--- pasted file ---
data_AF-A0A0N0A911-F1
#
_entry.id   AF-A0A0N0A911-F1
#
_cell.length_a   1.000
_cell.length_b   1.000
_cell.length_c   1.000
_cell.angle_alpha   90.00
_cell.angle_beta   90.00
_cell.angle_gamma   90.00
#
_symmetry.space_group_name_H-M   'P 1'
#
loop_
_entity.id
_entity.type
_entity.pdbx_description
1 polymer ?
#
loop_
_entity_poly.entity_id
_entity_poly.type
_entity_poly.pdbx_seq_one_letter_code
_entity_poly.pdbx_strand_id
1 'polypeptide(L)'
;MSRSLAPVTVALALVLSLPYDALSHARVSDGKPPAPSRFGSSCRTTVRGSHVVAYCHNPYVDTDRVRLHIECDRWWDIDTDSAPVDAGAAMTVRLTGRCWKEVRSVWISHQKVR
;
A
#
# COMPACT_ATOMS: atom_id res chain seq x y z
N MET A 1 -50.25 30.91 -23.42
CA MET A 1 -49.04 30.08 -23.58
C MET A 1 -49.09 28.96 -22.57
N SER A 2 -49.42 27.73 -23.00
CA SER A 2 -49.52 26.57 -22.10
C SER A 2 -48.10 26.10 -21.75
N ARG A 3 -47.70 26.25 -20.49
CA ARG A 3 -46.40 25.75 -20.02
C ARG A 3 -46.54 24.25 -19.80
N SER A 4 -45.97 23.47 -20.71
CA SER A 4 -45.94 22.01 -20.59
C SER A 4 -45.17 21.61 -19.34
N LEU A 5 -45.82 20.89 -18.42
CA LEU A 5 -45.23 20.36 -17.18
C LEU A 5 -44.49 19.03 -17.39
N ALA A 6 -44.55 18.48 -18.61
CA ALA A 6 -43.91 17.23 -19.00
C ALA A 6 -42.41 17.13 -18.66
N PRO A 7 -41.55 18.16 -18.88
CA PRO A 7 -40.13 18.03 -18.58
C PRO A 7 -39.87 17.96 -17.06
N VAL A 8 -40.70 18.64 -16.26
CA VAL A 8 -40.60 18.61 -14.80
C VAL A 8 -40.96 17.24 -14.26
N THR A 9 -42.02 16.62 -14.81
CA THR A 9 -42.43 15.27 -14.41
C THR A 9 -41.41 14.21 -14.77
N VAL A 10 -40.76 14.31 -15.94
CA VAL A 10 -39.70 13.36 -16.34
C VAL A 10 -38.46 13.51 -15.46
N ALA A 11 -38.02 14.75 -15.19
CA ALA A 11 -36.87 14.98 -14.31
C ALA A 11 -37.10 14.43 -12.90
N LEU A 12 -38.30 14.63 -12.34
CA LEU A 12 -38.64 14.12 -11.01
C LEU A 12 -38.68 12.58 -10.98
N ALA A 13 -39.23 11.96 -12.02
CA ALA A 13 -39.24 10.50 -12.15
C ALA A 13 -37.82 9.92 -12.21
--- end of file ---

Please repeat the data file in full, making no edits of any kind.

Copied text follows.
data_AF-A0A0N0A911-F1
#
_entry.id   AF-A0A0N0A911-F1
#
_cell.length_a   1.000
_cell.length_b   1.000
_cell.length_c   1.000
_cell.angle_alpha   90.00
_cell.angle_beta   90.00
_cell.angle_gamma   90.00
#
_symmetry.space_group_name_H-M   'P 1'
#
loop_
_entity.id
_entity.type
_entity.pdbx_description
1 polymer ?
#
loop_
_entity_poly.entity_id
_entity_poly.type
_entity_poly.pdbx_seq_one_letter_code
_entity_poly.pdbx_strand_id
1 'polypeptide(L)'
;MSRSLAPVTVALALVLSLPYDALSHARVSDGKPPAPSRFGSSCRTTVRGSHVVAYCHNPYVDTDRVRLHIECDRWWDIDTDSAPVDAGAAMTVRLTGRCWKEVRSVWISHQKVR
;
A
#
# COMPACT_ATOMS: atom_id res chain seq x y z
N MET A 1 -50.25 30.91 -23.42
CA MET A 1 -49.04 30.08 -23.58
C MET A 1 -49.09 28.96 -22.57
N SER A 2 -49.42 27.73 -23.00
CA SER A 2 -49.52 26.57 -22.10
C SER A 2 -48.10 26.10 -21.75
N ARG A 3 -47.70 26.25 -20.49
CA ARG A 3 -46.40 25.75 -20.02
C ARG A 3 -46.54 24.25 -19.80
N SER A 4 -45.97 23.47 -20.71
CA SER A 4 -45.94 22.01 -20.59
C SER A 4 -45.17 21.61 -19.34
N LEU A 5 -45.82 20.89 -18.42
CA LEU A 5 -45.23 20.36 -17.18
C LEU A 5 -44.49 19.03 -17.39
N ALA A 6 -44.55 18.48 -18.61
CA ALA A 6 -43.91 17.23 -19.00
C ALA A 6 -42.41 17.13 -18.66
N PRO A 7 -41.55 18.16 -18.88
CA PRO A 7 -40.13 18.03 -18.58
C PRO A 7 -39.87 17.96 -17.06
N VAL A 8 -40.70 18.64 -16.26
CA VAL A 8 -40.60 18.61 -14.80
C VAL A 8 -40.96 17.24 -14.26
N THR A 9 -42.02 16.62 -14.81
CA THR A 9 -42.43 15.27 -14.41
C THR A 9 -41.41 14.21 -14.77
N VAL A 10 -40.76 14.31 -15.94
CA VAL A 10 -39.70 13.36 -16.34
C VAL A 10 -38.46 13.51 -15.46
N ALA A 11 -38.02 14.75 -15.19
CA ALA A 11 -36.87 14.98 -14.31
C ALA A 11 -37.10 14.43 -12.90
N LEU A 12 -38.30 14.63 -12.34
CA LEU A 12 -38.64 14.12 -11.01
C LEU A 12 -38.68 12.58 -10.98
N ALA A 13 -39.23 11.96 -12.02
CA ALA A 13 -39.24 10.50 -12.15
C ALA A 13 -37.82 9.92 -12.21